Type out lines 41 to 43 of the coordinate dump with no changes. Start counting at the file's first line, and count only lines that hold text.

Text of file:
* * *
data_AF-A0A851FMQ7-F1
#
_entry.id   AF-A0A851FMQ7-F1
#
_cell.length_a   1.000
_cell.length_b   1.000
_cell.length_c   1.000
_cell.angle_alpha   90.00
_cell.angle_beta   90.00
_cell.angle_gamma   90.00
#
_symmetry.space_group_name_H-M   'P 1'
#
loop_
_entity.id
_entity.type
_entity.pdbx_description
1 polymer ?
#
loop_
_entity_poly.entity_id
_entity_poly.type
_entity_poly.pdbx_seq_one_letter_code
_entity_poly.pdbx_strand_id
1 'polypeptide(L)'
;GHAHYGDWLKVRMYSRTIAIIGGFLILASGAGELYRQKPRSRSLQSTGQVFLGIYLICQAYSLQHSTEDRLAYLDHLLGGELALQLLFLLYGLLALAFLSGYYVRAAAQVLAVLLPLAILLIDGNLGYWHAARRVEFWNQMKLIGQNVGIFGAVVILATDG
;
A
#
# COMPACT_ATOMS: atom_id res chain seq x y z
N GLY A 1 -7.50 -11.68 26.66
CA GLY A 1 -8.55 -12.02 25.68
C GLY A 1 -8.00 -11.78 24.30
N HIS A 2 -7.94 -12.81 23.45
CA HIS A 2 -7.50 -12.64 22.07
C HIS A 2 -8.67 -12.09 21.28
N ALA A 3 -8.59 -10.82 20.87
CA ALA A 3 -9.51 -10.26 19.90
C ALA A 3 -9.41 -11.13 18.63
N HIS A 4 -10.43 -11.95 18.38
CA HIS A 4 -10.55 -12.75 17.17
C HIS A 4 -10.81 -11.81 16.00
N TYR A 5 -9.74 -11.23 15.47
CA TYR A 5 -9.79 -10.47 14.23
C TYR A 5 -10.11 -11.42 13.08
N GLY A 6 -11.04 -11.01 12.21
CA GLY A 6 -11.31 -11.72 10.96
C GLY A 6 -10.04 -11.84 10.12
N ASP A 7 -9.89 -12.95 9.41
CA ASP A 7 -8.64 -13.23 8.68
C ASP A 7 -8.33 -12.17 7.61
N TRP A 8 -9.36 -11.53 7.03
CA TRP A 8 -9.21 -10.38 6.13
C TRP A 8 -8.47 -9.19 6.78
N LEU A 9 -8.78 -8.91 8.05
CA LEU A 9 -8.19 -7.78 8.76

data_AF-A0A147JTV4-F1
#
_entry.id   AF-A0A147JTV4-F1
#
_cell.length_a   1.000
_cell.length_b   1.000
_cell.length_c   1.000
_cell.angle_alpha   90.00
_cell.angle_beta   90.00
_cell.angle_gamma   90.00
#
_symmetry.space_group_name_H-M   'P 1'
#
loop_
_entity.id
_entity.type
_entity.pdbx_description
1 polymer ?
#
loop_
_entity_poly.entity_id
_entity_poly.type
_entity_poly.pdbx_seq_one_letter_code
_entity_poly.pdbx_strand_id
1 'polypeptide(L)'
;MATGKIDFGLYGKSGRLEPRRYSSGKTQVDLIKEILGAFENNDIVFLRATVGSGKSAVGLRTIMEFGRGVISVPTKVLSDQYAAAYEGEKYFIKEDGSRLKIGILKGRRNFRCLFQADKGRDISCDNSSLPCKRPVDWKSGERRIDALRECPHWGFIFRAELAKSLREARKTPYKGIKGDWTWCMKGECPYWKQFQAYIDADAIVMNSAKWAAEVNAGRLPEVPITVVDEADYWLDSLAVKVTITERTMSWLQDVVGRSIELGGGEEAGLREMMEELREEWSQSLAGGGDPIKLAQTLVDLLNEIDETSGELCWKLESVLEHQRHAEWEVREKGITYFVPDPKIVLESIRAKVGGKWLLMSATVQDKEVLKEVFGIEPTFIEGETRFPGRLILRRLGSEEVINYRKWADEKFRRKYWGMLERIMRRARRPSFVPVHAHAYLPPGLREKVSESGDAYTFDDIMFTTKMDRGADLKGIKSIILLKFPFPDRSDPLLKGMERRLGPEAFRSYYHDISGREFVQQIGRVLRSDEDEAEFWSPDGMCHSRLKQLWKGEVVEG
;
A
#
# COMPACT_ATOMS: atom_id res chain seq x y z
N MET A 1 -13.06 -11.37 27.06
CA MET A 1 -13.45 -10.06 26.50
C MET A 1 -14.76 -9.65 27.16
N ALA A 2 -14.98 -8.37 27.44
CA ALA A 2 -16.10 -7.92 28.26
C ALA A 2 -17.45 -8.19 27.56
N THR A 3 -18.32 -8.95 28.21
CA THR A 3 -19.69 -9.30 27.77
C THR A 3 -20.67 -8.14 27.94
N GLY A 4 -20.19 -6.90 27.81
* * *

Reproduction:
CA HIS A 4 -10.55 -12.75 17.17
C HIS A 4 -10.81 -11.81 16.00
N TYR A 5 -9.74 -11.23 15.47